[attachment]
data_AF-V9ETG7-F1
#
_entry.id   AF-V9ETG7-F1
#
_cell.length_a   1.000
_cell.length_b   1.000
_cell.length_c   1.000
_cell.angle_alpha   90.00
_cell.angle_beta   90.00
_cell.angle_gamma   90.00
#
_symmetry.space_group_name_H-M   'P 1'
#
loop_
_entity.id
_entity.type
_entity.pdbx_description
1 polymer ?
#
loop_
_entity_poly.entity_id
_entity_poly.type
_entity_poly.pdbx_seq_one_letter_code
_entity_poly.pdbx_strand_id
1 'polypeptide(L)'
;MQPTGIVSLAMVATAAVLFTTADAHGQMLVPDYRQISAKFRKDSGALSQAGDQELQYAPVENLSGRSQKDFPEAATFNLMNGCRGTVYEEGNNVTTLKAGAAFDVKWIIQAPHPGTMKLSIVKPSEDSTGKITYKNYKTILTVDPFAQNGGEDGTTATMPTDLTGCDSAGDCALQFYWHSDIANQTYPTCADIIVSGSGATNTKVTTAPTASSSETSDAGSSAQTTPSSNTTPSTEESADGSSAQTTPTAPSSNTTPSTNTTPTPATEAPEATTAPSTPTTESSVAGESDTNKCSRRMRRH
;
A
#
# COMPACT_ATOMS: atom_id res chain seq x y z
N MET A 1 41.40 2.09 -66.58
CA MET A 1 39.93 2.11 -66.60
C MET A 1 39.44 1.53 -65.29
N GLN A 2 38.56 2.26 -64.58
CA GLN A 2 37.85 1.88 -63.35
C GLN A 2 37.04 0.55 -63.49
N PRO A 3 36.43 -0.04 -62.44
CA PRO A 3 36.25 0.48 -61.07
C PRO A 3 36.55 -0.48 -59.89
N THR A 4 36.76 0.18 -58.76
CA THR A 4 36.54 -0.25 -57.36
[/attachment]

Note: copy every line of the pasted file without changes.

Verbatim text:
data_AF-V9ETG7-F1
#
_entry.id   AF-V9ETG7-F1
#
_cell.length_a   1.000
_cell.length_b   1.000
_cell.length_c   1.000
_cell.angle_alpha   90.00
_cell.angle_beta   90.00
_cell.angle_gamma   90.00
#
_symmetry.space_group_name_H-M   'P 1'
#
loop_
_entity.id
_entity.type
_entity.pdbx_description
1 polymer ?
#
loop_
_entity_poly.entity_id
_entity_poly.type
_entity_poly.pdbx_seq_one_letter_code
_entity_poly.pdbx_strand_id
1 'polypeptide(L)'
;MQPTGIVSLAMVATAAVLFTTADAHGQMLVPDYRQISAKFRKDSGALSQAGDQELQYAPVENLSGRSQKDFPEAATFNLMNGCRGTVYEEGNNVTTLKAGAAFDVKWIIQAPHPGTMKLSIVKPSEDSTGKITYKNYKTILTVDPFAQNGGEDGTTATMPTDLTGCDSAGDCALQFYWHSDIANQTYPTCADIIVSGSGATNTKVTTAPTASSSETSDAGSSAQTTPSSNTTPSTEESADGSSAQTTPTAPSSNTTPSTNTTPTPATEAPEATTAPSTPTTESSVAGESDTNKCSRRMRRH
;
A
#
# COMPACT_ATOMS: atom_id res chain seq x y z
N MET A 1 41.40 2.09 -66.58
CA MET A 1 39.93 2.11 -66.60
C MET A 1 39.44 1.53 -65.29
N GLN A 2 38.56 2.26 -64.58
CA GLN A 2 37.85 1.88 -63.35
C GLN A 2 37.04 0.55 -63.49
N PRO A 3 36.43 -0.04 -62.44
CA PRO A 3 36.25 0.48 -61.07
C PRO A 3 36.55 -0.48 -59.89
N THR A 4 36.76 0.18 -58.76
CA THR A 4 36.54 -0.25 -57.36